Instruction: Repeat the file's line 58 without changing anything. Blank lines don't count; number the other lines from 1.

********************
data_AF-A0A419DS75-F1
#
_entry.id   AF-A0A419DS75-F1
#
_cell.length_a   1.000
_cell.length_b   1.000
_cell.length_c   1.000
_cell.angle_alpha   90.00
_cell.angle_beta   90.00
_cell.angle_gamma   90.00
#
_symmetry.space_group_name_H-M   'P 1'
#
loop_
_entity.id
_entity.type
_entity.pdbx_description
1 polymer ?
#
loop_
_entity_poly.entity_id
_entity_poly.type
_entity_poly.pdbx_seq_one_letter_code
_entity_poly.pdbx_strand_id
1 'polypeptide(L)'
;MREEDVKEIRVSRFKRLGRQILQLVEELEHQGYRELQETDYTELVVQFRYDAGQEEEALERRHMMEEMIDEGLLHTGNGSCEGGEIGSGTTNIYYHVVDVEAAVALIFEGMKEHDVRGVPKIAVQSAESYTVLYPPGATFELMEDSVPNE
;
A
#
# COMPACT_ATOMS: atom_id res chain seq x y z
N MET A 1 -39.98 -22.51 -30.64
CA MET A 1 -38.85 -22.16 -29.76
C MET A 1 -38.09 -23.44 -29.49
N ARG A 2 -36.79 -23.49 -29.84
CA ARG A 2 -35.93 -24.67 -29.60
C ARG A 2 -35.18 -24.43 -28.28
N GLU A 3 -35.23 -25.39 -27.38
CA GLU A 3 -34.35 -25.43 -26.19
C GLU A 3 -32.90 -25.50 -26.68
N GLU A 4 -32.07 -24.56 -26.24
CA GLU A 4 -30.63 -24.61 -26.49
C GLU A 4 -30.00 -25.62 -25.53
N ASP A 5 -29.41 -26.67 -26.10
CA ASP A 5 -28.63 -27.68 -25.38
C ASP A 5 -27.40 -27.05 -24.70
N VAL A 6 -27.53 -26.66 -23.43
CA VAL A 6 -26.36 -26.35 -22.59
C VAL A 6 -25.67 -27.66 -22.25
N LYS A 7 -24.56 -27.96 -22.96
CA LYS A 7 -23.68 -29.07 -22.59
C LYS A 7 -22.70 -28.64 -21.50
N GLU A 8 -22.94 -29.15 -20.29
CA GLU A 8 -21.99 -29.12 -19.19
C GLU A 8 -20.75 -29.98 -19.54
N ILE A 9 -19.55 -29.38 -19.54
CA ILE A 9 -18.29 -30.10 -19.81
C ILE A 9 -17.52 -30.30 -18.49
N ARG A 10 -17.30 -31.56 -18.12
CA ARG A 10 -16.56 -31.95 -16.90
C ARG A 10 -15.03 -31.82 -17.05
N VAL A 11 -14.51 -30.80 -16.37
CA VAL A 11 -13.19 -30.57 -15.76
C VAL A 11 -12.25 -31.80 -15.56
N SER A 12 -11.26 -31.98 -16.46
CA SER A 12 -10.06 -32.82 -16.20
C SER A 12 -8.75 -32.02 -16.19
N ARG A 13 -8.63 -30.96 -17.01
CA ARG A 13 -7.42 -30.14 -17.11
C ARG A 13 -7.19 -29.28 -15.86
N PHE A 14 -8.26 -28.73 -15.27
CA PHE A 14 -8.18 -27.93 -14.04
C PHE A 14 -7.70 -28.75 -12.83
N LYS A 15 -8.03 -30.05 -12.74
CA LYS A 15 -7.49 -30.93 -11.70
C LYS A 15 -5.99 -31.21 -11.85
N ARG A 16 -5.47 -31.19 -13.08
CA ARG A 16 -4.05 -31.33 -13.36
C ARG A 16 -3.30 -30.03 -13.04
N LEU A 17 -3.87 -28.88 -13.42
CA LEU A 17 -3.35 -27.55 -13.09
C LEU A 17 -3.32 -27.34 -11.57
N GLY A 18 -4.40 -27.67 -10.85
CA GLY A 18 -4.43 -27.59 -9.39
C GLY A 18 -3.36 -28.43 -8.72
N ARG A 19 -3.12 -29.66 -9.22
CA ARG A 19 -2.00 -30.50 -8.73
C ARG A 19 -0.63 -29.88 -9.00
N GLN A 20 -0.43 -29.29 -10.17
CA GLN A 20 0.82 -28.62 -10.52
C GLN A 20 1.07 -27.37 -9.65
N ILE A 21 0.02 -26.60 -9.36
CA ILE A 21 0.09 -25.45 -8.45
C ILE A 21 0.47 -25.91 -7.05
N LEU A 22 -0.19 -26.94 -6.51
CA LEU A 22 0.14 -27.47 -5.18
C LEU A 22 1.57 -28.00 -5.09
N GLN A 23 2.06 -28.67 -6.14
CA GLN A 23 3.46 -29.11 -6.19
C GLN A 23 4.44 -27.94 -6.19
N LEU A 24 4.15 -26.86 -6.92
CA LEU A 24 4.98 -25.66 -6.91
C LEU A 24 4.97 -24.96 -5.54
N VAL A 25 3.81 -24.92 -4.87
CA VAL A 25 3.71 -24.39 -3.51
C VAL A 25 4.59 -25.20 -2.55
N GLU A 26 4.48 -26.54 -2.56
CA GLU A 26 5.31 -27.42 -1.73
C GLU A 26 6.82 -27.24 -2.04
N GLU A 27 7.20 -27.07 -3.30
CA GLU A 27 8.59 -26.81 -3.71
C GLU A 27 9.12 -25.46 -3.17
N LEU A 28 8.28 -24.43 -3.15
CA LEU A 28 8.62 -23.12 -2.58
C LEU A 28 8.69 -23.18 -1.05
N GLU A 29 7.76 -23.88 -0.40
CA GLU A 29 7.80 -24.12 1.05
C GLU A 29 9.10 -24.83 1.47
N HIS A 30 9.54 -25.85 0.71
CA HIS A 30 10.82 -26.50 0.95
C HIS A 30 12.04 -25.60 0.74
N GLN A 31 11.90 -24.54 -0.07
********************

N ARG A 10 -17.30 -31.56 -18.12